The city's next administration must be characterized by energy and fresh ideas.
If voters act on their anger and despair, which more than 20,000 of them did when they signed petitions protesting the giveaway of tax monies to expand Quicken Loans Arena, here's the real question they should ask before marking their ballots: what qualities should our next mayor have, and who among the candidates has the best combination of those qualities?
Cleveland has some glitzy bells and whistles. We’ve got a marvelous Playhouse Square, cool chandelier, captivating pro sports teams, a bevy of world-class institutions, and the incomparable University Circle.
But we are consistently mired at the bottom of every quality of life index, in large measure because we are bamboozled into offering public support for private gain and bragging about our charitable nature. We presume ourselves to be liberal because Democrats are everywhere in office, though liberal policies prevail nowhere. We are stuck in conservative trickle down bootstraps muck.
The city's next administration must be characterized by energy and fresh ideas. That energy comes, believe it or not, from the people. Citizen energy is what propelled Carl Stokes to victory fifty years ago.
|Mayor Jackson waves at cars |
along MLK Blvd. last month
Frank Jackson may still call the Central neighborhood home, but he has become a captive of downtown interests, isolated from the daily struggles of most citizens. His distance from the city is illustrated by the most iconic image of his campaign: the mayor standing detached at intersections in tailored clothing and waving at passing traffic.
Not by coincidence, Jackson detests the two candidates most identified with the people's energy: city councilmen Zack Reed and Jeff Johnson.
We like Zack. He's the hardest worker on city council, and along with the ageless Mike Polensek, the most impassioned. His report card on the failures of the Jackson administration is by far the most biting of all the candidates' critiques. But Reed's signature issue is safety, and student of government that he proclaims to be notwithstanding, he hasn't the foggiest idea how to pay for any of his proposals.
We like Jeff also. We believe in redemption and second chances. But, sadly, Jeff's time passed long ago. He followed Mike White into city council and then into the State Senate. He should have run to succeed White in 2001 but he was fresh out of federal prison. He got back on track but the train had left.
We think the fourth major candidate in this race is the under the radar Brandon Chrostowski. He's lucky in that his typical male indiscretion occurred early enough in life not to derail him. And he was smart enough to learn from it and find his passion in public service.
Four years ago Brandon started a series of nonprofit entities that most famously includes a French restaurant that offers fancy food with zealous service at high prices. It's become a multi-million dollar operation with impeccable accounting from which he extracts only a modest income.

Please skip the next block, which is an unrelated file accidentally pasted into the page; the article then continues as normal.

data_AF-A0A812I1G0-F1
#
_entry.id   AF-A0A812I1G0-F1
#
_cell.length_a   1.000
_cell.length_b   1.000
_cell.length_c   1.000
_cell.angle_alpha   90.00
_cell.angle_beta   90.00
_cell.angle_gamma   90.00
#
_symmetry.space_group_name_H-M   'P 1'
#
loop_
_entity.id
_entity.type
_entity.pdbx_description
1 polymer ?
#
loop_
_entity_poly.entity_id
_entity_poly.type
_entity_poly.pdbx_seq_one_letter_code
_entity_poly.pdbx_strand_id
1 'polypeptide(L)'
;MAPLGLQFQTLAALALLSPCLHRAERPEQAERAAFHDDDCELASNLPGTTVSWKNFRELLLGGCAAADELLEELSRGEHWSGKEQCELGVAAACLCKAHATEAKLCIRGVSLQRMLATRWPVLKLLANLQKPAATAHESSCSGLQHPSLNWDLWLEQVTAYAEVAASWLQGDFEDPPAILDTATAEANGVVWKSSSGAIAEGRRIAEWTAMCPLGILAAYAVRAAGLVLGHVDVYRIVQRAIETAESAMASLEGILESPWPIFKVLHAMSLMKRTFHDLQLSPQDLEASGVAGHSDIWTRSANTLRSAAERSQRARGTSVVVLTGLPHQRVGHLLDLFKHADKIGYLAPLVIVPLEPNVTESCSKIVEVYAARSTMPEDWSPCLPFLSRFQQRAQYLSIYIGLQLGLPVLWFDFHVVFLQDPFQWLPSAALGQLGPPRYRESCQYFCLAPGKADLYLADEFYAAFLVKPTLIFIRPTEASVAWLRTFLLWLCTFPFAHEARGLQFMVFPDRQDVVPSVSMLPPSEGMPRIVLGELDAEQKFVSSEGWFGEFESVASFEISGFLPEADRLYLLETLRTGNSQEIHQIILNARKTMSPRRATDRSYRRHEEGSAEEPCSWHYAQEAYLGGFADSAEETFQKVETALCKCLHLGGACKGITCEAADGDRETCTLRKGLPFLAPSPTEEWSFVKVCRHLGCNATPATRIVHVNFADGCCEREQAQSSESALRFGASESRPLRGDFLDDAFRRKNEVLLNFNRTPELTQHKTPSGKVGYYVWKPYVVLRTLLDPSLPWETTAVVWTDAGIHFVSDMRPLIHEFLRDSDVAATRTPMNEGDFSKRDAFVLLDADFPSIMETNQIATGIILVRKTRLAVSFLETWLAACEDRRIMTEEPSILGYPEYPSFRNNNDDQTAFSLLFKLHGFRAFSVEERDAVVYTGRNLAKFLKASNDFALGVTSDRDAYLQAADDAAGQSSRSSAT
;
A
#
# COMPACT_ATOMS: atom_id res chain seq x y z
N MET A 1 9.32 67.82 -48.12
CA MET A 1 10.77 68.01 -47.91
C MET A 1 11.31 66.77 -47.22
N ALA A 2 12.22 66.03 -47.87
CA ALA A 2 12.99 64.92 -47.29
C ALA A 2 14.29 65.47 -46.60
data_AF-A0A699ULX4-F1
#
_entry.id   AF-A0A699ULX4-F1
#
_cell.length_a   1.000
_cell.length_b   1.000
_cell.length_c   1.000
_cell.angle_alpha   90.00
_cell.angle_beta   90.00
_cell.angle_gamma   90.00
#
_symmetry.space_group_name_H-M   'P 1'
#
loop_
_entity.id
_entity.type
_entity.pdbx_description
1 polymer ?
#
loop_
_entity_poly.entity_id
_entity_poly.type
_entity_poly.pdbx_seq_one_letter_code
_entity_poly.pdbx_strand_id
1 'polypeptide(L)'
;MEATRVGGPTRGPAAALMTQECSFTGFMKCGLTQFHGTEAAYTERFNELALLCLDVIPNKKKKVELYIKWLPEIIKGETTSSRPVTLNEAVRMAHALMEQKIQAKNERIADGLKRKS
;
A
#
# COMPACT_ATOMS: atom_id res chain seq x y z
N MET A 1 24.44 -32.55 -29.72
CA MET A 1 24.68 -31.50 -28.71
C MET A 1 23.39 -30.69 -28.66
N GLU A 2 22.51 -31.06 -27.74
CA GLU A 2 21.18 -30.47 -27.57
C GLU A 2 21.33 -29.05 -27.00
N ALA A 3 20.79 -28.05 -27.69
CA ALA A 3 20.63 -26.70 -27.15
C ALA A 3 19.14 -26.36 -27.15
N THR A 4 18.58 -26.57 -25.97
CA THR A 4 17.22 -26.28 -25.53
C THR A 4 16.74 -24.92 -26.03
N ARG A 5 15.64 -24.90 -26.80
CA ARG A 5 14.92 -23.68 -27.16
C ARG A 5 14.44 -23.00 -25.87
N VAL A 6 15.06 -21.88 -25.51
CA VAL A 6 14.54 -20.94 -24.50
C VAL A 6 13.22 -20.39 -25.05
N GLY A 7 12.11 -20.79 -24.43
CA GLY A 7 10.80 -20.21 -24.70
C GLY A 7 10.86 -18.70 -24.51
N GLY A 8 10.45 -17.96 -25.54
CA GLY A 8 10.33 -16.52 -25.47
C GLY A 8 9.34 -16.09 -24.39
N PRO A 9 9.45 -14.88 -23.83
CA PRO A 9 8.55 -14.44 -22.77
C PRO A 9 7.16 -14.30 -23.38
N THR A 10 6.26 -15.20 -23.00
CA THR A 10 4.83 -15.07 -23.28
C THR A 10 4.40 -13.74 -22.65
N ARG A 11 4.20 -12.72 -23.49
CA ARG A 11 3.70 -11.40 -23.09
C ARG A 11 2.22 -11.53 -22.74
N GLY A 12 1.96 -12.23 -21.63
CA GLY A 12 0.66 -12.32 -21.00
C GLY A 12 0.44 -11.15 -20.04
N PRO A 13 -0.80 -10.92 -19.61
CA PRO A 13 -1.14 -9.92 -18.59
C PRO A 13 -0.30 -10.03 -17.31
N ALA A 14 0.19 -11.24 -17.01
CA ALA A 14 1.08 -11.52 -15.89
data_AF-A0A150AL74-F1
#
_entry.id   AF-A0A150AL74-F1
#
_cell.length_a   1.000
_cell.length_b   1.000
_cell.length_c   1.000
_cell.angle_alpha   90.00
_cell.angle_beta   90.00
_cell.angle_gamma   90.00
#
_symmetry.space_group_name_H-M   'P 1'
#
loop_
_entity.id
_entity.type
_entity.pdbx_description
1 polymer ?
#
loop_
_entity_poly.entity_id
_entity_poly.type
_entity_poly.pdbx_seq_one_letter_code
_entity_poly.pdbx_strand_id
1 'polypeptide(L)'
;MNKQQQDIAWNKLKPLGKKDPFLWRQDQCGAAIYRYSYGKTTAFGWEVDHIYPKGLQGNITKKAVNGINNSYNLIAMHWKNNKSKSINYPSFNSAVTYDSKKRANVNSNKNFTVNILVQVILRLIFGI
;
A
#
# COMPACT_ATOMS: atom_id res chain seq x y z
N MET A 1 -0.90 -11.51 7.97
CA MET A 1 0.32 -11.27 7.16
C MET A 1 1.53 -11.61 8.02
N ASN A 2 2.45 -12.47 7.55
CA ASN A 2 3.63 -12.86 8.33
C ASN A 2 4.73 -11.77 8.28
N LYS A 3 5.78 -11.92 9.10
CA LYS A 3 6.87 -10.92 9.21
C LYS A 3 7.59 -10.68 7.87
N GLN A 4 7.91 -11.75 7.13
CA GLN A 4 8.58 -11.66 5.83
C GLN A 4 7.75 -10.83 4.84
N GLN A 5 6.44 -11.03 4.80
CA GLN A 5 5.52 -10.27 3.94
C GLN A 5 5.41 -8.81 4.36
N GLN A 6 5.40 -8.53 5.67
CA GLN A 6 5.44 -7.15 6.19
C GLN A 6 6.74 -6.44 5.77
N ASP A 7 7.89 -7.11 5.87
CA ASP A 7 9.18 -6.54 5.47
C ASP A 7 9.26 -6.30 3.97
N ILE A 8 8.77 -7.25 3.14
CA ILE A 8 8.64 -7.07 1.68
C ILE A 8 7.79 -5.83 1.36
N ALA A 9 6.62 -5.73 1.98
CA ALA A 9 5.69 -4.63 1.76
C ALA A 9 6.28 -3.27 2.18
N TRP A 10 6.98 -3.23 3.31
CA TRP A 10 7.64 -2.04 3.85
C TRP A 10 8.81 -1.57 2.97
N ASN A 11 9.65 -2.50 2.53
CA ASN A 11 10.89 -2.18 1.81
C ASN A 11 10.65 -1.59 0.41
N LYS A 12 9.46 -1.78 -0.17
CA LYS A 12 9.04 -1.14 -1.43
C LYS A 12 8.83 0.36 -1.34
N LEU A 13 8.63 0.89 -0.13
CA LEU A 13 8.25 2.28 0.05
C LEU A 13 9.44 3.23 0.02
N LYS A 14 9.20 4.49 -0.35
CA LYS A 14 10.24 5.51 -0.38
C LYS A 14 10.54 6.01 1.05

|Brandon Chrostowski at the 2d annual |
Northeast Ohio Re-Entry Business Summit on April 21,
an event he founded to provide opportunities for returning citizens.
But the most important product of his enterprise is not satisfied customers; it is redeemed lives. Edwin's Restaurant and Leadership Institute helps people reclaim their lives. It invests in people who have been convicted of felonies and sent to prison. They learn soft skills and marketable skills in the food service industry, find jobs, become productive members of society, and stay out of jail. Their recidivism rate is under 2%.
We have attended several mayoral forums and listened carefully to all nine candidates. (Madalone skipped the ones we attended but we tracked him otherwise.) Chrostowski, a white guy, is one of the only two candidates we heard express actual belief in the potential of Cleveland citizens. This is huge in a city with a population that is largely black and brown, disproportionately under-employed, over-policed, poorly educated, ill-housed, malnourished, in bad health, trapped in dangerous environments, with diminished transportation options, and too often denied opportunities because of these circumstances or past conditions.
If you don't believe in the people you profess to be helping, then guess what: whether you are on a public, private or nonprofit payroll, whether you work in the ‘hood, in corporate, or in Congress, you are less than honest in what you do, and the people — be they addicted, infirm, or just stuck at the bottom of the ladder — know it.
A smart truck driver I know likes to remind me of a verse from the Gospel of Luke. It may be the only one he knows, but it should give comfort to those who may be see Brandon’s resume as slight:
"He who is faithful in what is least is faithful also in much..." [Luke 16:10].
Chrostowski's campaign has been ground level in message and method. He sensibly would fire Flask and McGrath, who epitomize the indifferent or hostile shadow of public safety in Cleveland lurking behind the police chief. He would establish a series of job training centers around town that would focus on making residents more employable. And his third priority is to address public school performance and to accelerate Cleveland's lagging pace towards becoming a universally savvy tech community.
Chrostowski is not an ordinary politician. He voted for neither Trump nor Clinton. But he has taken an old-fashioned approach to campaigning, crisscrossing the city with a dedicated team targeting likely voters. He tells me he's been in every ward knocking on doors.